One brand – and it’s not even a mainstream name – that specializes in modular tool assortments is currently offering a 156pc 1/4″, 3/8″, and 1/2″ set for a whopping $950. This Gearwrench set by comparison, model 83071-07, is a 94pc 1/4″, 3/8″, and 1/2″ set priced at $229.
That’s a lot of money for a starter set, but this isn’t exactly a starter set, it’s more of a solution to specific tool needs.
I don’t do a lot of automotive work, but I do some repair and maintenance tasks on occasion. I maintain and repair my equipment. I assembly my own gear. I build custom fabrications. My tool needs are very varied, and I benefit from using better tools.
I bought new socket sets last winter, in 1/4″ and 3/8″ sizes. I didn’t replace my existing tools, I bought those sets to equip a “satellite box,” a tool box remote from where I normally keep my full range of tools. The need existed for a while, but I made do carrying different components and smaller sets back forth. I came across some very hard-to-pass-up deals and splurged.
Those new tools have worked out VERY WELL so far. But… now I’m wishing I had the same with 1/2″. So, I still head to my main box. It’s not a big deal, but “oops, I need one more socket/adapter/extension.”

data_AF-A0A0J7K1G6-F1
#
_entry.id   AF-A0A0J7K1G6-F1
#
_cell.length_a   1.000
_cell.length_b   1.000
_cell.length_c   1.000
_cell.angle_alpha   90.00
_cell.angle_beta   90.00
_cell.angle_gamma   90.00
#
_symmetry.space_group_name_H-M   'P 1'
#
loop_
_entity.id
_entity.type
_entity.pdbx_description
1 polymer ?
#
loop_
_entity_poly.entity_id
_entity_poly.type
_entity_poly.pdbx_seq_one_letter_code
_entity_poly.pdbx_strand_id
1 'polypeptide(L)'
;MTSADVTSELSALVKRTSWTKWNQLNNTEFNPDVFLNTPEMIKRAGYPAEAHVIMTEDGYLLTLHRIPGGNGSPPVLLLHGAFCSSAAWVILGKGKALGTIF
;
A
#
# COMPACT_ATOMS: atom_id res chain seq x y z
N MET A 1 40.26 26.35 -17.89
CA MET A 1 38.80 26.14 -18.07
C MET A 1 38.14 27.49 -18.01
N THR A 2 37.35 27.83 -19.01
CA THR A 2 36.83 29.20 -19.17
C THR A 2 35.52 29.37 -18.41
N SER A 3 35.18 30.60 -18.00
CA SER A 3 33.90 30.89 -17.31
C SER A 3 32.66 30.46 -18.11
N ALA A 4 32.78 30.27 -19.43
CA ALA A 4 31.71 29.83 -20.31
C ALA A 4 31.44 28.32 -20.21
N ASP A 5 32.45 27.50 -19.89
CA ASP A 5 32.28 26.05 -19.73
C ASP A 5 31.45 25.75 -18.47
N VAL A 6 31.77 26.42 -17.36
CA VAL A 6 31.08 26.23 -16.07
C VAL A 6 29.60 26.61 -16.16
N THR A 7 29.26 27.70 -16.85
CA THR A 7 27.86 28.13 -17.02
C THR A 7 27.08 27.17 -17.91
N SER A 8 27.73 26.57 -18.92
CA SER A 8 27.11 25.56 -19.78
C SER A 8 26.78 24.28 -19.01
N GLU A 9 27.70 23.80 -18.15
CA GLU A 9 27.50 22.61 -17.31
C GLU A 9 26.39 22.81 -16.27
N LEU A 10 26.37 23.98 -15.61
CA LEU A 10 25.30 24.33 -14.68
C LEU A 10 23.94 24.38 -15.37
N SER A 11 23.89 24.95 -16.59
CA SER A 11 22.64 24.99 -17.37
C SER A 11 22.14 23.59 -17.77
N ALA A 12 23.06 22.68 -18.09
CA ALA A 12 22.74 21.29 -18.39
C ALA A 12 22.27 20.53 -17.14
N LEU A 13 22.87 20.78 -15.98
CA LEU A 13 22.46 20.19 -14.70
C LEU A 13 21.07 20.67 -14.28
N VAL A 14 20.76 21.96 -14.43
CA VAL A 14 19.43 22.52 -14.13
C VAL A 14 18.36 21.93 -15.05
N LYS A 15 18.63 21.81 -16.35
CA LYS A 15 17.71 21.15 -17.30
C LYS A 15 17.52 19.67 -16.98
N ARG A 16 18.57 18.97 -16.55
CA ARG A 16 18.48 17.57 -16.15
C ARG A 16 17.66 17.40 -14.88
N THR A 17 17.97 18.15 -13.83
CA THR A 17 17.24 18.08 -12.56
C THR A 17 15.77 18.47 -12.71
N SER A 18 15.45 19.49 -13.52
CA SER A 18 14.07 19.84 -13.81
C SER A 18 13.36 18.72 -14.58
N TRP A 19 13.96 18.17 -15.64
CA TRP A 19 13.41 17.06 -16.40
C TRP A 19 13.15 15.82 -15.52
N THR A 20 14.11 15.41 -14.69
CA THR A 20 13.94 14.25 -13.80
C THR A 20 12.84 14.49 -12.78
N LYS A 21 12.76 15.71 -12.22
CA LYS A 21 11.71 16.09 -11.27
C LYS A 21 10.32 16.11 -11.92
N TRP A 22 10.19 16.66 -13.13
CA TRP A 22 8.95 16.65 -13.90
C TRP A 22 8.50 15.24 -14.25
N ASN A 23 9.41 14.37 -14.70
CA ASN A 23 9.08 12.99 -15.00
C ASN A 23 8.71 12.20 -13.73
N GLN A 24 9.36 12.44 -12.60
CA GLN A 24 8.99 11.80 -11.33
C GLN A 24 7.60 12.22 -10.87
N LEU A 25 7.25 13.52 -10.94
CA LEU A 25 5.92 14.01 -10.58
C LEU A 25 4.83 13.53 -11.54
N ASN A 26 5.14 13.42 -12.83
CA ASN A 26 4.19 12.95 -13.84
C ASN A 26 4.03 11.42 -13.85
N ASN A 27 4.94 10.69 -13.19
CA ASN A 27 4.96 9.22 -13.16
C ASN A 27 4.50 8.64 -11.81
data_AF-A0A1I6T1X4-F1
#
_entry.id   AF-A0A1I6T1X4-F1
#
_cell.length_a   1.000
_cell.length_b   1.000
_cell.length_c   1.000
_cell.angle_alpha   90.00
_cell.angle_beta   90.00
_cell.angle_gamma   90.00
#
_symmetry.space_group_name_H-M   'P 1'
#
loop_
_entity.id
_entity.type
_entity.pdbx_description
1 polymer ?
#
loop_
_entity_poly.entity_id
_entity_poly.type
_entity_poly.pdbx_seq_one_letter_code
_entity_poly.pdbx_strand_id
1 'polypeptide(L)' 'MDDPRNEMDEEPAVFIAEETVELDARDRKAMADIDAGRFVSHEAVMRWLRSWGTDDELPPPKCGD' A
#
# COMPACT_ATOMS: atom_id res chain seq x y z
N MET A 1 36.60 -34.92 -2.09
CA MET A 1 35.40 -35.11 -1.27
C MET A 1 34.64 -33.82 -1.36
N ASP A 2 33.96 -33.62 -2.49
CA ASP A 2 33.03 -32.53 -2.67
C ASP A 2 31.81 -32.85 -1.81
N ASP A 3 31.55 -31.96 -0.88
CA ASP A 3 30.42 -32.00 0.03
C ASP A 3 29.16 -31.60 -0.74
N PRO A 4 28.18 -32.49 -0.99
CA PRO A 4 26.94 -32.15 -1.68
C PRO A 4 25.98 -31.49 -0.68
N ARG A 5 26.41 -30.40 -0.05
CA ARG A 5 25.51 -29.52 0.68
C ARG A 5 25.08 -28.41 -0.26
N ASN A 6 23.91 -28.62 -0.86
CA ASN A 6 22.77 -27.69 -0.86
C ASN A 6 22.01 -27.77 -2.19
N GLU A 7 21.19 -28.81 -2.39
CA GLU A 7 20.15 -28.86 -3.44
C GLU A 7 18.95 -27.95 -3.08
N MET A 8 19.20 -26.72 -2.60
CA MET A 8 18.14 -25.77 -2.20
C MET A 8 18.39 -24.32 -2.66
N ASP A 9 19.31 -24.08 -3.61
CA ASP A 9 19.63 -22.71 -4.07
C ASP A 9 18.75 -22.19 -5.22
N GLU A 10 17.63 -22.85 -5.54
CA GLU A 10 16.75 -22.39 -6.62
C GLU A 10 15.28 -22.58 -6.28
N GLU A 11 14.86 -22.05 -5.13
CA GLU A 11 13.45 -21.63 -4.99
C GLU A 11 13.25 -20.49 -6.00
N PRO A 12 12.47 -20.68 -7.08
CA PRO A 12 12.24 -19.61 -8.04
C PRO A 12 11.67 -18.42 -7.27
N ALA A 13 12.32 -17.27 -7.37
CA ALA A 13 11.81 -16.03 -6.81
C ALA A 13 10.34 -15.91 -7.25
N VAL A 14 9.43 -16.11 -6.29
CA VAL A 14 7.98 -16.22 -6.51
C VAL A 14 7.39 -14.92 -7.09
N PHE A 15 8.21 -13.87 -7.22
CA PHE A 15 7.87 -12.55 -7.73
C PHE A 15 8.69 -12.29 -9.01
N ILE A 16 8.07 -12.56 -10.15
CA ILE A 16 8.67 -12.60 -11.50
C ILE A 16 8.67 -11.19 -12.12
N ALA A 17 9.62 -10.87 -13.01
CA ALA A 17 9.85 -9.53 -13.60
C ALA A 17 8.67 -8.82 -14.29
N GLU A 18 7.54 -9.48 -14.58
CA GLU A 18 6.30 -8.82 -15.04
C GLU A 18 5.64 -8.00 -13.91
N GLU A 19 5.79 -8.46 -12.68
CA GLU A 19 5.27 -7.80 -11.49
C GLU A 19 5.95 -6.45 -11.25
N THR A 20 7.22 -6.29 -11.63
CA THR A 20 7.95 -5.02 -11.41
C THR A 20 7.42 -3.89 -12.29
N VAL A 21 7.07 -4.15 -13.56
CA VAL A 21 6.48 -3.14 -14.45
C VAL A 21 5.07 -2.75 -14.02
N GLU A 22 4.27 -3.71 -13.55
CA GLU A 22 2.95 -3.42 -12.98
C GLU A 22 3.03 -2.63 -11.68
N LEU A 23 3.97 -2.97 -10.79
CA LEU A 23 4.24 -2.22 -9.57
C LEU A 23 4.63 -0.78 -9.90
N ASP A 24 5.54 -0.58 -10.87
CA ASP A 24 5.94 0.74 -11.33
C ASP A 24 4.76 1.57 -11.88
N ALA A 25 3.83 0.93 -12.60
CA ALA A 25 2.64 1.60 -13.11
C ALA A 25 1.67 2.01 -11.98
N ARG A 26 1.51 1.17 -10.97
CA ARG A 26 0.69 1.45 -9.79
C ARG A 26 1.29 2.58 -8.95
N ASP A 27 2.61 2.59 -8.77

I also still have portable 1/4″ and 3/8″ kits that I love using since they’re compact and usually have *exactly* what I need for certain tasks. “Certain tasks” is the keyword. I’ve learned to match certain small kits to specific needs.
This Gearwrench set checks off a lot of boxes for me, when it comes to both general purpose and specific tool needs, and I really wish I learned about it even two months earlier than I did.
With this set, you get Gearwrench’s premium 120XP ratchets, and so that’s already a plus.
There’s no filler, and that’s a big deal.
A lot of DIYers are drawn to big numbers – 150 pieces, 200 pieces, 300 pieces. This is a 94pc set, but it has a lot of what I want, and nothing I don’t.
At the center of everything is the drawer-friendly tray. I love foam-fitted tool sets and wish I had more of them.